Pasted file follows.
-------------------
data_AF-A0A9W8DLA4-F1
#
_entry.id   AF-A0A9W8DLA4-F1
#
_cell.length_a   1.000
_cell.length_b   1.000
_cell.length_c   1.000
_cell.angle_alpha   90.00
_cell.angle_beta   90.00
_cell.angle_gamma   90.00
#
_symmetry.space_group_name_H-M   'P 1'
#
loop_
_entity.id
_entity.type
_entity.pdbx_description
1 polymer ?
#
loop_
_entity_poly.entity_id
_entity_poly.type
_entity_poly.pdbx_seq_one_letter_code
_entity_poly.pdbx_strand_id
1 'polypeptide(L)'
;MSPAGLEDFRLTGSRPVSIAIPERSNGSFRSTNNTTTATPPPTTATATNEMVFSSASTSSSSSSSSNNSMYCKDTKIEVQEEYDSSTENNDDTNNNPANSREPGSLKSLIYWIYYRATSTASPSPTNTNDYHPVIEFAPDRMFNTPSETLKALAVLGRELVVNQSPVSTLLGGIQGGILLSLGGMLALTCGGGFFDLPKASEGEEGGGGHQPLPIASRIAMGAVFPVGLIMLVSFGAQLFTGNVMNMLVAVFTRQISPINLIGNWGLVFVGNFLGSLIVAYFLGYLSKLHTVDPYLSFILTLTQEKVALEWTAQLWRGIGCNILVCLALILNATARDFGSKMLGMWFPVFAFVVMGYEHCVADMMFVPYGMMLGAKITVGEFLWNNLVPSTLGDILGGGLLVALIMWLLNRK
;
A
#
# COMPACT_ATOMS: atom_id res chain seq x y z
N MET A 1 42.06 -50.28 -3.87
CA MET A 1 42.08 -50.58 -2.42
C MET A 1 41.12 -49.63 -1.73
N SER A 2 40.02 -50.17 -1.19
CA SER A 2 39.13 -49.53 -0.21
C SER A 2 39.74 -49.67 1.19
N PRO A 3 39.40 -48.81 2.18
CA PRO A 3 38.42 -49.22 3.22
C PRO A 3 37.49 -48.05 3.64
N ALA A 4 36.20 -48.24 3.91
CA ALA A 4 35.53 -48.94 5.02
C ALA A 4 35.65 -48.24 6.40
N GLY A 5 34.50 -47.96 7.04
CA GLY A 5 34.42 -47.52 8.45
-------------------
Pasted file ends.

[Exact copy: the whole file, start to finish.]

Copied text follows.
data_AF-A0A9W8DLA4-F1
#
_entry.id   AF-A0A9W8DLA4-F1
#
_cell.length_a   1.000
_cell.length_b   1.000
_cell.length_c   1.000
_cell.angle_alpha   90.00
_cell.angle_beta   90.00
_cell.angle_gamma   90.00
#
_symmetry.space_group_name_H-M   'P 1'
#
loop_
_entity.id
_entity.type
_entity.pdbx_description
1 polymer ?
#
loop_
_entity_poly.entity_id
_entity_poly.type
_entity_poly.pdbx_seq_one_letter_code
_entity_poly.pdbx_strand_id
1 'polypeptide(L)'
;MSPAGLEDFRLTGSRPVSIAIPERSNGSFRSTNNTTTATPPPTTATATNEMVFSSASTSSSSSSSSNNSMYCKDTKIEVQEEYDSSTENNDDTNNNPANSREPGSLKSLIYWIYYRATSTASPSPTNTNDYHPVIEFAPDRMFNTPSETLKALAVLGRELVVNQSPVSTLLGGIQGGILLSLGGMLALTCGGGFFDLPKASEGEEGGGGHQPLPIASRIAMGAVFPVGLIMLVSFGAQLFTGNVMNMLVAVFTRQISPINLIGNWGLVFVGNFLGSLIVAYFLGYLSKLHTVDPYLSFILTLTQEKVALEWTAQLWRGIGCNILVCLALILNATARDFGSKMLGMWFPVFAFVVMGYEHCVADMMFVPYGMMLGAKITVGEFLWNNLVPSTLGDILGGGLLVALIMWLLNRK
;
A
#
# COMPACT_ATOMS: atom_id res chain seq x y z
N MET A 1 42.06 -50.28 -3.87
CA MET A 1 42.08 -50.58 -2.42
C MET A 1 41.12 -49.63 -1.73
N SER A 2 40.02 -50.17 -1.19
CA SER A 2 39.13 -49.53 -0.21
C SER A 2 39.74 -49.67 1.19
N PRO A 3 39.40 -48.81 2.18
CA PRO A 3 38.42 -49.22 3.22
C PRO A 3 37.49 -48.05 3.64
N ALA A 4 36.20 -48.24 3.91
CA ALA A 4 35.53 -48.94 5.02
C ALA A 4 35.65 -48.24 6.40
N GLY A 5 34.50 -47.96 7.04
CA GLY A 5 34.42 -47.52 8.45